If you provide an online shopping cart for patrons, they will not be able to access accounts and make purchases while your site is down. Also, new visitors to your site, upon finding it non-responsive, may elect to go to competitors, never to return. Both outcomes bode ill for your business.

4. Declined Morale

Employees may lose confidence if they see the company scrambling to solve a problem for which a plan of action should have already been in place. In addition, having to do extra work to rectify the situation because of the company’s poor planning could result in a decline in morale.

5. Damaged Reputation

If you suffer extensive or ongoing downtime issues, your professional reputation will begin to suffer. Customers may not see your company as reliable. They may complain in online reviews.

This can cause further lost revenue, loss of employees, and other problems that spell disaster for your company over time. Having a plan in place to deal with unscheduled downtime can make a world of difference.

How to Perform Site Upgrades With Minimal Downtime

Every website has downtime. Ideally, you won’t have to deal with unscheduled downtime due to power outages, natural disasters, or subpar hosting services. It’s much better if your downtime can be scheduled and prepared for.

That said, even scheduled downtime for maintenance, upgrades, and other necessities should be kept to a minimum so as not to disrupt traffic, make a negative impression on visitors, or raise the ire of search engine web crawlers that determine your rankings. Here are a few tips to help you perform site upgrades with minimal downtime.

Proper Planning

This is step number one. You may not be able to make every site upgrade seamless, but with proper planning and execution you can definitely minimize downtime, or at least minimize the impact of scheduled downtime.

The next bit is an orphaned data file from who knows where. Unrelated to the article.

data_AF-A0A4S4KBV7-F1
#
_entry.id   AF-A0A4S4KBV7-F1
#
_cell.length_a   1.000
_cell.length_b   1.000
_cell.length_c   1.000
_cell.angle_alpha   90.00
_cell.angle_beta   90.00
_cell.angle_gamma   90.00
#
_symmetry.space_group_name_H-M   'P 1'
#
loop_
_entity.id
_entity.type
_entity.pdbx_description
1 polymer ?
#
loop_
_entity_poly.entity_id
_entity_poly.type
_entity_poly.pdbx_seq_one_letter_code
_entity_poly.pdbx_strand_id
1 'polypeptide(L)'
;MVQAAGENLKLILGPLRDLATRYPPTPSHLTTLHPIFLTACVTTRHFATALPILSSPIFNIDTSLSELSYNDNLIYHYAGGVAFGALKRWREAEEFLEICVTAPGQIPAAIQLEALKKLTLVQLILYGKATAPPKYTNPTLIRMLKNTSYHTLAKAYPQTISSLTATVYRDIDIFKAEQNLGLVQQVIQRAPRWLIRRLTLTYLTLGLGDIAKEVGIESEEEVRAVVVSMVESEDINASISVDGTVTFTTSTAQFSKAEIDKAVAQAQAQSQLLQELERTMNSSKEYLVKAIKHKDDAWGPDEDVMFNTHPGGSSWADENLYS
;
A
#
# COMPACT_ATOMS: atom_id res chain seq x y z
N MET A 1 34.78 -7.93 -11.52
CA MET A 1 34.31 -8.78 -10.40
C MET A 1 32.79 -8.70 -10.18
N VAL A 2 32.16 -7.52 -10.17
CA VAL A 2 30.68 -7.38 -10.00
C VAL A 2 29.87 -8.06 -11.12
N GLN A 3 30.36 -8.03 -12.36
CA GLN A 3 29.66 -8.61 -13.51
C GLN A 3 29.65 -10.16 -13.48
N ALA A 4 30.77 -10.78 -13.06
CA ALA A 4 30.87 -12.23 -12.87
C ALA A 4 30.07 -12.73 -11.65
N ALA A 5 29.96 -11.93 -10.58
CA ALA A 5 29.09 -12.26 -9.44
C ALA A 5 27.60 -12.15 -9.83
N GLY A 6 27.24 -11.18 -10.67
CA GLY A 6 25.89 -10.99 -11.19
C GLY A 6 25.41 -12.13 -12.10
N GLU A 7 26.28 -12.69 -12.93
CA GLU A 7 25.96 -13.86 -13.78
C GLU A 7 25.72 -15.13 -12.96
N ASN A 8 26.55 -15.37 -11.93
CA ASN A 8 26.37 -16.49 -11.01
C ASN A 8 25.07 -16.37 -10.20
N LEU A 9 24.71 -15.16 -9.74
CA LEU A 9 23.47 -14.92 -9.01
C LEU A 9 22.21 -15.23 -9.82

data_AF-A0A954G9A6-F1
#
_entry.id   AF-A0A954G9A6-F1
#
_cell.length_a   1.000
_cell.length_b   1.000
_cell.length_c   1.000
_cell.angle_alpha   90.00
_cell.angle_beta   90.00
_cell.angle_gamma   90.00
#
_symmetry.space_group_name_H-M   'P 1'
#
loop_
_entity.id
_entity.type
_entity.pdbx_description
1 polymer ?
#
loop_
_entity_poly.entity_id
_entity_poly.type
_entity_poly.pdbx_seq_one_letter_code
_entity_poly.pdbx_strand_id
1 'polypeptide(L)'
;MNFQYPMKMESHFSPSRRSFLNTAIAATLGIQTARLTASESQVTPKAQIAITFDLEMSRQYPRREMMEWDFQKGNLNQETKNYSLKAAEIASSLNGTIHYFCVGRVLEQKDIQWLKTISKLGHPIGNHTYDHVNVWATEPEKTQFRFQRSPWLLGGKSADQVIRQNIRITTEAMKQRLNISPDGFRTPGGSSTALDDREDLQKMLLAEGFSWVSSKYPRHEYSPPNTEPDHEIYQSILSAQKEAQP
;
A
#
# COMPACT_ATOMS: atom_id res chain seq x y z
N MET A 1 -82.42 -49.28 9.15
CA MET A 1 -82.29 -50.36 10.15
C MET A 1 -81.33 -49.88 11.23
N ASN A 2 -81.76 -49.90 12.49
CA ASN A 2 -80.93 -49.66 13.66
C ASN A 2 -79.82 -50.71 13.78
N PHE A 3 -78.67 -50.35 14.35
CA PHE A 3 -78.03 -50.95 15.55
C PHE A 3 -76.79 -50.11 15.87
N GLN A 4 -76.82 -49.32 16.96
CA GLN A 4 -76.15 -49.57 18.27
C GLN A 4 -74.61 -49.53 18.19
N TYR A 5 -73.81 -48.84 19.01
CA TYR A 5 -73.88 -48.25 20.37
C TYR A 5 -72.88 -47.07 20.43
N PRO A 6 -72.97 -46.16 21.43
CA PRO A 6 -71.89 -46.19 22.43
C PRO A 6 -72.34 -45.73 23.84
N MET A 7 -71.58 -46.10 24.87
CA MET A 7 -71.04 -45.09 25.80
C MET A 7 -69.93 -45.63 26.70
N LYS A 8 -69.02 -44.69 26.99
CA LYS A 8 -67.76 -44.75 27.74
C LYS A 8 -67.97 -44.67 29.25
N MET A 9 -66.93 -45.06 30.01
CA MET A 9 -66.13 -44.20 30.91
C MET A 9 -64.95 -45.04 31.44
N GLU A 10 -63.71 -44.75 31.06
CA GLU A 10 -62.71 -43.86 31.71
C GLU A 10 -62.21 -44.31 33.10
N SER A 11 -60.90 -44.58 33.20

When you start the upgrade process, well before you’re ready to implement changes, you should be thinking about how you’re going to create processes that minimize downtime. This means having proper infrastructure in place to make the transitions as seamless as possible, as well as building upgrades that can be implemented with expedience in mind.

Waiting to address this concern until the last minute could leave you with unavoidable downtime – or the prospect of wasting time reconfiguring your strategy for implementation. Neither is a desirable outcome, which is why the planning process is so important.

Frequent Updates

It’s inevitable that you’re going to have to make changes to your website, whether you’re updating product pages, adding new blog entries, completely revamping your site, or even undertaking a server migration. Some updates will require little or no downtime while others could entail extensive downtime, even with proper planning.

Aside from having resources available to limit downtime during transitions and upgrades, you need to think about how frequently you want to upgrade your site. With regular updates, you may be able to limit downtime to just a few minutes spread out here and there, rather than several hours at a stretch to complete a backlog of updates.

This is important not necessarily because it reduces downtime, but because it decreases the impact of your downtime. This could also be accomplished by scheduling planned downtime during low-traffic periods. However, limiting downtime to several small chunks in a given month or year could increase availability to both visitors and search bots.